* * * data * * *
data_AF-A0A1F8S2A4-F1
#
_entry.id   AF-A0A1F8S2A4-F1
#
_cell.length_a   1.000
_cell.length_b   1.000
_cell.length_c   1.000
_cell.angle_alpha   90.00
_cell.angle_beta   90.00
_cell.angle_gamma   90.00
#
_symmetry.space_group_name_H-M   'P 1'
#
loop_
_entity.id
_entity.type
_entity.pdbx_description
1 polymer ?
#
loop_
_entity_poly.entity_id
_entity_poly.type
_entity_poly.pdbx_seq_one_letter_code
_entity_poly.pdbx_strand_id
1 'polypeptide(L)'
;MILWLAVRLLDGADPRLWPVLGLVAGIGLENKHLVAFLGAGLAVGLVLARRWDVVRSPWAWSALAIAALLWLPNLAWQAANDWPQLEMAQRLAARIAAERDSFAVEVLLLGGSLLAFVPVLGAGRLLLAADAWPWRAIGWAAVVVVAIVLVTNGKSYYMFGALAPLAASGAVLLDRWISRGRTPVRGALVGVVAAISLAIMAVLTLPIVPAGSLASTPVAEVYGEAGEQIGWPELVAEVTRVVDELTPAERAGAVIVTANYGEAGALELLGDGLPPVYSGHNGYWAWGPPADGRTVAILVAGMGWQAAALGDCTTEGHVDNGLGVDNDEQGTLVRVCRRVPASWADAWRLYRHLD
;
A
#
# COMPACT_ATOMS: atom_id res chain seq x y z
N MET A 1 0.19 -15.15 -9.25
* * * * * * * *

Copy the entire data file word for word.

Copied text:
data_AF-A0A1F8S2A4-F1
#
_entry.id   AF-A0A1F8S2A4-F1
#
_cell.length_a   1.000
_cell.length_b   1.000
_cell.length_c   1.000
_cell.angle_alpha   90.00
_cell.angle_beta   90.00
_cell.angle_gamma   90.00
#
_symmetry.space_group_name_H-M   'P 1'
#
loop_
_entity.id
_entity.type
_entity.pdbx_description
1 polymer ?
#
loop_
_entity_poly.entity_id
_entity_poly.type
_entity_poly.pdbx_seq_one_letter_code
_entity_poly.pdbx_strand_id
1 'polypeptide(L)'
;MILWLAVRLLDGADPRLWPVLGLVAGIGLENKHLVAFLGAGLAVGLVLARRWDVVRSPWAWSALAIAALLWLPNLAWQAANDWPQLEMAQRLAARIAAERDSFAVEVLLLGGSLLAFVPVLGAGRLLLAADAWPWRAIGWAAVVVVAIVLVTNGKSYYMFGALAPLAASGAVLLDRWISRGRTPVRGALVGVVAAISLAIMAVLTLPIVPAGSLASTPVAEVYGEAGEQIGWPELVAEVTRVVDELTPAERAGAVIVTANYGEAGALELLGDGLPPVYSGHNGYWAWGPPADGRTVAILVAGMGWQAAALGDCTTEGHVDNGLGVDNDEQGTLVRVCRRVPASWADAWRLYRHLD
;
A
#
# COMPACT_ATOMS: atom_id res chain seq x y z
N MET A 1 0.19 -15.15 -9.25